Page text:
Approaches to the identification and management of depression in people living with chronic kidney disease: a scoping review of 860 papers

Christina J Pearce, Natalie Hall, Joanna L Hudson, Ken Farrington, Madeleine J Ryan Tucker, David Wellsted, Julia Jones, Shivani Sharma, Sam Norton, Paula Ormandy, Nick Palmer, Anthony Quinnell, Lauren Fitzgerald, Sophie Griffiths, Joseph Chilcot

Research output: Contribution to journalReview articlepeer-review

2 Citations (Scopus)
44 Downloads (Pure)

Abstract

Background: Depression is prevalent across the spectrum of Chronic Kidney Disease and associated with poorer outcomes. There is limited evidence regarding the most effective interventions and care pathways for depression in Chronic Kidney Disease. Objectives: To investigate how depression is identified and managed in adults with Chronic Kidney Disease. Design: Scoping review. Methods: Systematic search of eight databases with pre-defined inclusion criteria. Data relevant to the identification and/or management of depression in adults with Chronic Kidney Disease were extracted. Results: Of 2147 articles identified, 860 were included. Depression was most identified using self-report screening tools (n = 716 studies, 85.3%), with versions of the Beck Depression Inventory (n = 283, 33.7%) being the most common. A total of 123 studies included data on the management of depression, with nonpharmacological interventions being more frequently studied (n = 55, 45%). Cognitive Behavioural Therapy (n = 15) was the most common nonpharmacological intervention, which was found to have a significant effect on depressive symptoms compared to controls (n = 10). However, how such approaches could be implemented as part of routine care was not clear. There was limited evidence for antidepressants use in people with Chronic Kidney Disease albeit in a limited number of studies. Conclusions: Depression is commonly identified using validated screening tools albeit differences exist in reporting practices. Evidence regarding the management of depression is mixed and requires better-quality trials of both pharmacological and nonpharmacological approaches. Understanding which clinical care pathways are used and their evidence, may help facilitate the development of kidney care specific guidelines for the identification and management of depression.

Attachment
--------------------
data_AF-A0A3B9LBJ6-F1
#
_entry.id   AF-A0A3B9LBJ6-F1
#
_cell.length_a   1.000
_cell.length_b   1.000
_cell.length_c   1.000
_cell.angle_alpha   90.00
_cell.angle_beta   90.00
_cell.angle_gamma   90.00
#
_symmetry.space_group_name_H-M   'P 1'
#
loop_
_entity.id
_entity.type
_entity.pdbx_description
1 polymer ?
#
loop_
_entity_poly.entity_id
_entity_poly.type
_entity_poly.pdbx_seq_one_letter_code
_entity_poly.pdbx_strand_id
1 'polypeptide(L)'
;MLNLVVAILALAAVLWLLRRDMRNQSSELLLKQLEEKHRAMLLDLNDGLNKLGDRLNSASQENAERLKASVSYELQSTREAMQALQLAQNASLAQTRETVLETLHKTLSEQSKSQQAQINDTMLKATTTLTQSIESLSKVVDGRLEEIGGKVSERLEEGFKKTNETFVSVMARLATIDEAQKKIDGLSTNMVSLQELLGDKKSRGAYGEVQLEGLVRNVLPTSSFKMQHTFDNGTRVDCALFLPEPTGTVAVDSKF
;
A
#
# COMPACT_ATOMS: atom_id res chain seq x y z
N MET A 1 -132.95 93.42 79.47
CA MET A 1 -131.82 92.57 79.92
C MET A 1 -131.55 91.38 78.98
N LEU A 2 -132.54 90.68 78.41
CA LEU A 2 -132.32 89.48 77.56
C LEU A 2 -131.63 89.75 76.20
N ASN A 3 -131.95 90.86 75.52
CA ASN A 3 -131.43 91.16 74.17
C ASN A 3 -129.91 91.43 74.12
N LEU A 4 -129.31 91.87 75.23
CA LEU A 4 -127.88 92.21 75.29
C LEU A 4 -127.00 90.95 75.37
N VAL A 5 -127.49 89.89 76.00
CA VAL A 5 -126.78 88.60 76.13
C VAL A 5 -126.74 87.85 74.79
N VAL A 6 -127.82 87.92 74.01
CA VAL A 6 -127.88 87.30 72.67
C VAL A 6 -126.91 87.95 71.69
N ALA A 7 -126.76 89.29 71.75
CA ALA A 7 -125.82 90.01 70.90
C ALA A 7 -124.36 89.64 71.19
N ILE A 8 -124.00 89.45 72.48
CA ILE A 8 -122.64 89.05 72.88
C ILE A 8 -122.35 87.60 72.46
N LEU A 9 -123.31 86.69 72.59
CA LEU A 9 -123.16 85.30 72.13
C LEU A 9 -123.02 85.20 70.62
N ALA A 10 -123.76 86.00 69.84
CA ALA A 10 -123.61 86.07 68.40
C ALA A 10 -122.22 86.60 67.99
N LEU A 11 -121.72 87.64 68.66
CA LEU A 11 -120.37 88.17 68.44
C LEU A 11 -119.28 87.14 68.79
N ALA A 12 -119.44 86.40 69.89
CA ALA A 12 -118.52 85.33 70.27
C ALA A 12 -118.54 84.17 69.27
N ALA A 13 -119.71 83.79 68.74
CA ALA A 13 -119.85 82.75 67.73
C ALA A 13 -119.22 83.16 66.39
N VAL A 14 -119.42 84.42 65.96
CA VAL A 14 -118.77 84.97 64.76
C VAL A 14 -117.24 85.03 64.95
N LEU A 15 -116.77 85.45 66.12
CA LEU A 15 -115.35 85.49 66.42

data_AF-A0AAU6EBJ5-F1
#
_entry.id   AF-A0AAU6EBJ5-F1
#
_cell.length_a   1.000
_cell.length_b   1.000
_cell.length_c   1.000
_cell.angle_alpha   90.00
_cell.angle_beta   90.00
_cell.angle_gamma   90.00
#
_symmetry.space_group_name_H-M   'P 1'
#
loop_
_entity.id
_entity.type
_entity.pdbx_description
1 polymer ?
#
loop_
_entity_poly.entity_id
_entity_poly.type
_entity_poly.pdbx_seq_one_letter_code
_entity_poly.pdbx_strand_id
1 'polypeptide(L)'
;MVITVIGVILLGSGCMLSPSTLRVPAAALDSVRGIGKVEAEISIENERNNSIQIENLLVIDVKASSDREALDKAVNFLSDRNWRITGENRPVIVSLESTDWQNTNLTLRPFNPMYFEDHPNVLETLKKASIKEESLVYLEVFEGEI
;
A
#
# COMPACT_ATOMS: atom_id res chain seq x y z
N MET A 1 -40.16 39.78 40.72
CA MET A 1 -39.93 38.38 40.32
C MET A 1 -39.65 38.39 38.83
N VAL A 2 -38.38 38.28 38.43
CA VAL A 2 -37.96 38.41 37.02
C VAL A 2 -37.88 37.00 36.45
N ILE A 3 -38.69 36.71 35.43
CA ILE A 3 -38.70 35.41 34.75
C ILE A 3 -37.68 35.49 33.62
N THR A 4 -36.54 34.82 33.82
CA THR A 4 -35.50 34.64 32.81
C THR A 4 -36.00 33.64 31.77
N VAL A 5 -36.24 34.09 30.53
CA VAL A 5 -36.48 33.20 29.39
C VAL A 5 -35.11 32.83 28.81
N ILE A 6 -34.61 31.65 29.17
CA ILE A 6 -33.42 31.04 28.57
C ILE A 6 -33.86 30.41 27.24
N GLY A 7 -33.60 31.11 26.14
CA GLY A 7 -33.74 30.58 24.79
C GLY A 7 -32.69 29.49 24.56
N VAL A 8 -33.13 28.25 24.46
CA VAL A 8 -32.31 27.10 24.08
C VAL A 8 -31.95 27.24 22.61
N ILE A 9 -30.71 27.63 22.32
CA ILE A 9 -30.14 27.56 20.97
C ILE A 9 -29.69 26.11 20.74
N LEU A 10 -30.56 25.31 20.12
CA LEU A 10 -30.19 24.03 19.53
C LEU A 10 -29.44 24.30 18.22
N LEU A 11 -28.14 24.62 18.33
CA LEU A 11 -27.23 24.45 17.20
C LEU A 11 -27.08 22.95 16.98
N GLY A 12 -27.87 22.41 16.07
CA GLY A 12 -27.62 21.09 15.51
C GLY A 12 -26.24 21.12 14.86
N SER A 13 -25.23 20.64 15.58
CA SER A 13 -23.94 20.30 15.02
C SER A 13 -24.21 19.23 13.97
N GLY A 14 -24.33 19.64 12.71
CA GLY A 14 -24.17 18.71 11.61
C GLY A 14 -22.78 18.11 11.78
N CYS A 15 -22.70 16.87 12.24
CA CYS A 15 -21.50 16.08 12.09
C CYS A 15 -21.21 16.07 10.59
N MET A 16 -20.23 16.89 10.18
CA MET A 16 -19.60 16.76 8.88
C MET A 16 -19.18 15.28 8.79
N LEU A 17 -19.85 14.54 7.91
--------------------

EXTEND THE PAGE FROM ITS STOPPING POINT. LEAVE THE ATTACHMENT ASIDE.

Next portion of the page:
Original languageEnglish
Pages (from-to)4-14
Number of pages11
JournalJournal of Renal Care
Volume50
Issue number1
Early online date16 Jan 2023
DOIs
Publication statusPublished - 8 Feb 2024

Fingerprint

Dive into the research topics of 'Approaches to the identification and management of depression in people living with chronic kidney disease: a scoping review of 860 papers'. Together they form a unique fingerprint.

Cite this